Death’s Garden Revisited: Interview with Editor Loren Rhoads

I recently was asked by Loren Rhoads if my short essay about how I met my beautiful and wonderful wife could be used in her upcoming book. I enthusiastically said yes. Now Loren has agreed to be interviewed here on my blog.

Loren Rhoads is the editor of Death’s Garden: Relationship with Cemeteries and Death’s Garden Revisited. She is the author of 199 Cemeteries to See Before You Die and Wish You Were Here: Adventures in Cemetery Travel. She’s also written a space opera trilogy, a collection of short stories, and a memoir called This Morbid Life.

Death’s Garden Revisited, the book that will contain my story, is an anthology of cemetery essays from genealogists and geocachers, tour guides and travelers, horror authors, ghost hunters, and pagan priestesses about why they visit cemeteries. Spanning the globe from Iceland to Argentina and from Portland to Prague, Death’s Garden Revisited explores the complex web of relationships between the living and those who have passed before.

RH: Hey Loren, thank you for taking the time to do this. I have heard your story about your inspiration for Death’s Garden, but can you tell us the story for those that don’t know it?

LR: The original book, Death’s Garden: Relationships with Cemeteries, came about in the early Nineties, when a friend gave me a shoebox full of photographs of cemeteries he’d taken on vacations to the Caribbean and the California Gold Country. Once I started talking to people about making the book, it seemed that everyone had a cemetery they had a relationship with. Eventually, the contributors spanned underground artists, a ceramics professor from Ohio, and indie musicians including Lydia Lunch.

That first book went out of print fairly quickly. I’ve always wanted to publish a sequel, so I’m using Kickstarter to fund a full-color hardcover of Death’s Garden Revisited now. It will be published in October.

RH: Were cemeteries a big part of your life prior to the shoe box?

LR: Not really. My parents liked to visit American historical sites, so I’d been taken to Arlington and the Jefferson family graveyard at Monticello, but before Blair gave me that box of photos, it never occurred to me to intentionally travel to visit cemeteries.

RH: Cemeteries are often depicted as scary places in pop culture. Are you ever scared by them?

LR: I’ve had some scary experiences in cemeteries, like the afternoon I almost got locked in at San Michele in Isola, the cemetery island that serves Venice. I was so excited to explore the island that I didn’t think to check when the last boat left. Once the sun started to set, I was completely turned around and didn’t know where the dock was. That would’ve been a long, cold night!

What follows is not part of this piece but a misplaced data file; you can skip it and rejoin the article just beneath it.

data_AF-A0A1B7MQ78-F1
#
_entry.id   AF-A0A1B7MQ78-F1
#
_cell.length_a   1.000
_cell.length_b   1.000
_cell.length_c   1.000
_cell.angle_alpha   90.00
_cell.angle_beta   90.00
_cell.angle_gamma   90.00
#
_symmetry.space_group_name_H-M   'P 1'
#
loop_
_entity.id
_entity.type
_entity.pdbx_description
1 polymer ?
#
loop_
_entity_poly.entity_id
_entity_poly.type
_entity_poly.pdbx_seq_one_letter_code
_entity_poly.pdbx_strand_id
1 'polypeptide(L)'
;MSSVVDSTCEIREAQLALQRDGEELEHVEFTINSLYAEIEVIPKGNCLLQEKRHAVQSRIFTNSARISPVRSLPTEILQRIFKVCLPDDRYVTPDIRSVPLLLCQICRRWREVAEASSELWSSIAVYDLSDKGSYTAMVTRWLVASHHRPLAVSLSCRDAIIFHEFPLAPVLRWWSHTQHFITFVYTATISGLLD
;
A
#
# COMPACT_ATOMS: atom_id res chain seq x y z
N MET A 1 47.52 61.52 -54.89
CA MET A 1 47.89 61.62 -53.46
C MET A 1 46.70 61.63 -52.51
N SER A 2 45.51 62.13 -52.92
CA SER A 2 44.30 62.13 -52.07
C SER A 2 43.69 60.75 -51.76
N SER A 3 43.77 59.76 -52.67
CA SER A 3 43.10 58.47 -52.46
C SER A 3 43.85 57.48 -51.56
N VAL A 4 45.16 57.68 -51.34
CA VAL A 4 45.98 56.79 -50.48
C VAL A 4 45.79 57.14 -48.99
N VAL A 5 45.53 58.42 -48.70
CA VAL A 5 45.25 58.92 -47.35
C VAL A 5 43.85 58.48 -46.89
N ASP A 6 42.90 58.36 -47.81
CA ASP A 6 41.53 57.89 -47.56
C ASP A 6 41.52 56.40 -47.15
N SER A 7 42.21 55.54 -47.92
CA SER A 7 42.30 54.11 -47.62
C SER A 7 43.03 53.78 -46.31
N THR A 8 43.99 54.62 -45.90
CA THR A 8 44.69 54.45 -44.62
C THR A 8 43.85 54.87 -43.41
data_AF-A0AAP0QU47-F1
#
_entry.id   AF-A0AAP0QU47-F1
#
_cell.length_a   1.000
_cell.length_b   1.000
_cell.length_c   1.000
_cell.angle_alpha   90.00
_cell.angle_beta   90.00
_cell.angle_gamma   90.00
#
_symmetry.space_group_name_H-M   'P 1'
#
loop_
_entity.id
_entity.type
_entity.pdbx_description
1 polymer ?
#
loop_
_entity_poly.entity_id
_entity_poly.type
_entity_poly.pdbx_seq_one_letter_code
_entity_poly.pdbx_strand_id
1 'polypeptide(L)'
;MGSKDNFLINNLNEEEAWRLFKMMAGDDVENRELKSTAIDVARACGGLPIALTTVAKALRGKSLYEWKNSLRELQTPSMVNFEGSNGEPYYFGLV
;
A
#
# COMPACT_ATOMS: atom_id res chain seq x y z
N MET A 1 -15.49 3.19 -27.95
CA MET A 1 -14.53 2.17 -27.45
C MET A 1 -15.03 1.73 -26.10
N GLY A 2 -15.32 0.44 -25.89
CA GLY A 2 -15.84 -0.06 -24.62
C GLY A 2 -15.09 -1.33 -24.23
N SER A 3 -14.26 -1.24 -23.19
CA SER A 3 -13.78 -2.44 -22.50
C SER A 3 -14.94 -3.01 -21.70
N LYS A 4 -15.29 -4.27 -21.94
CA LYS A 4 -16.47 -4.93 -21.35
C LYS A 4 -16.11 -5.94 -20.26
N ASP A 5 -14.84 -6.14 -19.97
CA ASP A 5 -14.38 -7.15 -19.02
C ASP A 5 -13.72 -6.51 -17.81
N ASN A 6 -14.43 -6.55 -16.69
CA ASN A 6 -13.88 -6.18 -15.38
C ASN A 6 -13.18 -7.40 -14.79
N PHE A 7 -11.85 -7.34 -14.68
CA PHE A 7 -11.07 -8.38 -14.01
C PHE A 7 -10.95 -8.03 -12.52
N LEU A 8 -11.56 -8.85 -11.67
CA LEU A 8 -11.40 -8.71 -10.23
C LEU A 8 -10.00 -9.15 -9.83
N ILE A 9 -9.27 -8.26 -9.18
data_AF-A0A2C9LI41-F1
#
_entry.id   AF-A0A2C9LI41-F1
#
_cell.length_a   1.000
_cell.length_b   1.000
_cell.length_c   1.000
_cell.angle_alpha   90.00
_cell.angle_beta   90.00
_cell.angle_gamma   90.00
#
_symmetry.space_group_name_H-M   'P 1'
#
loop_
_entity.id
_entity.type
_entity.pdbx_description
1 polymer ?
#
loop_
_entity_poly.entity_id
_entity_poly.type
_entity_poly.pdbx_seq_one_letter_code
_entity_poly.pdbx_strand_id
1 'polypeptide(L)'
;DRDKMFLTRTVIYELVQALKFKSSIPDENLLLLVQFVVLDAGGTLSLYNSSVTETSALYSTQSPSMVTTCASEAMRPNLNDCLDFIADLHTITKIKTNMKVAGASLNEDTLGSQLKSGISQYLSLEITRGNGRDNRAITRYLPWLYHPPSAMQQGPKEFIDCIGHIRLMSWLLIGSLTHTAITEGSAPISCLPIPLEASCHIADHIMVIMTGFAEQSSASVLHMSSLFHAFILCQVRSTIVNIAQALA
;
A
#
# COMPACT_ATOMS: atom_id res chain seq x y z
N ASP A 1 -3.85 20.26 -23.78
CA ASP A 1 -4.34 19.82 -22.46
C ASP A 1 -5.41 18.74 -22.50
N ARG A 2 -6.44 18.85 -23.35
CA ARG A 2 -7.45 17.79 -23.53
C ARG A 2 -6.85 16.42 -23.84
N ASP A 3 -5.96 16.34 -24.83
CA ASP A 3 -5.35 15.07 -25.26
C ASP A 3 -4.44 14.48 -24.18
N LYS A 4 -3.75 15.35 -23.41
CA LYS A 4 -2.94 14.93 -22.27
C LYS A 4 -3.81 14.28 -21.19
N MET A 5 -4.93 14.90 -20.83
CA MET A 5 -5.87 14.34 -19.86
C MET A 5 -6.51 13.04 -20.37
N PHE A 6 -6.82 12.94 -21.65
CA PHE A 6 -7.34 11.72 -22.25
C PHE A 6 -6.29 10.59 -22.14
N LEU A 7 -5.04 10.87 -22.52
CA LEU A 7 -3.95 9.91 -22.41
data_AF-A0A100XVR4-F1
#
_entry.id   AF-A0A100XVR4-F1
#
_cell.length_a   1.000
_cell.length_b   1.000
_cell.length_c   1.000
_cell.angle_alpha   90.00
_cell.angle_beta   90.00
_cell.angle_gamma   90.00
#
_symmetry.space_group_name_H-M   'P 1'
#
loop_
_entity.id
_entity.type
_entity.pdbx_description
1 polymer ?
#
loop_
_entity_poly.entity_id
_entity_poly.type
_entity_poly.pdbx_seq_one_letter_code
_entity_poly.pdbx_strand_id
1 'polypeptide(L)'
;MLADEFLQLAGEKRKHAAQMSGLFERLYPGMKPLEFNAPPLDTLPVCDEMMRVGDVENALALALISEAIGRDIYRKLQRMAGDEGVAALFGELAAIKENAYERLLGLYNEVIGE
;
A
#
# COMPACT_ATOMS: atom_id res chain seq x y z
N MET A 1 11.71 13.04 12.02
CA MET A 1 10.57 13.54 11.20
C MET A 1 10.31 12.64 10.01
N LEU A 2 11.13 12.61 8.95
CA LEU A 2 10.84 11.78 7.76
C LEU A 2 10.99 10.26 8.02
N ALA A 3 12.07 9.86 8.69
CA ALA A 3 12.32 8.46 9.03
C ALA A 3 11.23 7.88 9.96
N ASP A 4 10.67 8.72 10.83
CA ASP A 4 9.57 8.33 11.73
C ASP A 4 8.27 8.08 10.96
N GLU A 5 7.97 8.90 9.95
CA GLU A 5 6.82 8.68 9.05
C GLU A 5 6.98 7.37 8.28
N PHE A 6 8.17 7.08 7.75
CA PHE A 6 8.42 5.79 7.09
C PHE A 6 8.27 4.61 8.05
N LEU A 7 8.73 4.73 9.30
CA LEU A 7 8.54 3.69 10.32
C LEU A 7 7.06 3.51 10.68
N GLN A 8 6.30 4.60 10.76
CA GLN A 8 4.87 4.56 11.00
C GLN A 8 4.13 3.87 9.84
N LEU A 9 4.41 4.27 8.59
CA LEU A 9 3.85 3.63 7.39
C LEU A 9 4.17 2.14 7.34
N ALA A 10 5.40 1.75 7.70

My other scary experiences have mostly been related to wildlife. I found an enormous snakeskin shed in the long grass in an isolated graveyard down the California coast. I have a healthy respect for rattlesnakes, but I was wearing tennis shoes and nobody knew where I was… My kid nearly sat on a scorpion in a cemetery in Singapore. And I thought I was being stalked by a mountain lion at one point in another cemetery in the middle of nowhere.

Really, the potential for ghosts is much less frightening than being eaten.

RH: My essay is kind of a different sort of story for me. Did most of the writers surprise you? I know I surprised myself.

LR: A lot of the writers in the book are people I knew from the horror community. I knew they could write fiction, but I wasn’t sure about personal essays – that is such a different skill. Saraliza Anzaldúa is a Xicana writer who wrote about visiting Sacagawea’s grave in Wyoming. It’s such an amazing essay. Rena Mason wrote a beautiful meditation about the Sighisoara Cemetery in Romania. If you’ve read her books, you wouldn’t expect such a dreamy, descriptive travel story. Benjamin Scuglia contributed a really lovely ghost story. It creeps up on you, then has a really chilling ending.

RH: If fundraising reaches $5,000 we will be having a book release at a cemetery. Do you have a cemetery in mind for the festivities?  

LR: I do! I’ve spoken a couple of times at a cemetery south of San Francisco. I haven’t approached them yet, so I don’t want to name names, but they have a really nice event space in the midst of their beautiful, historic grounds. I hope things work out to host our release party there.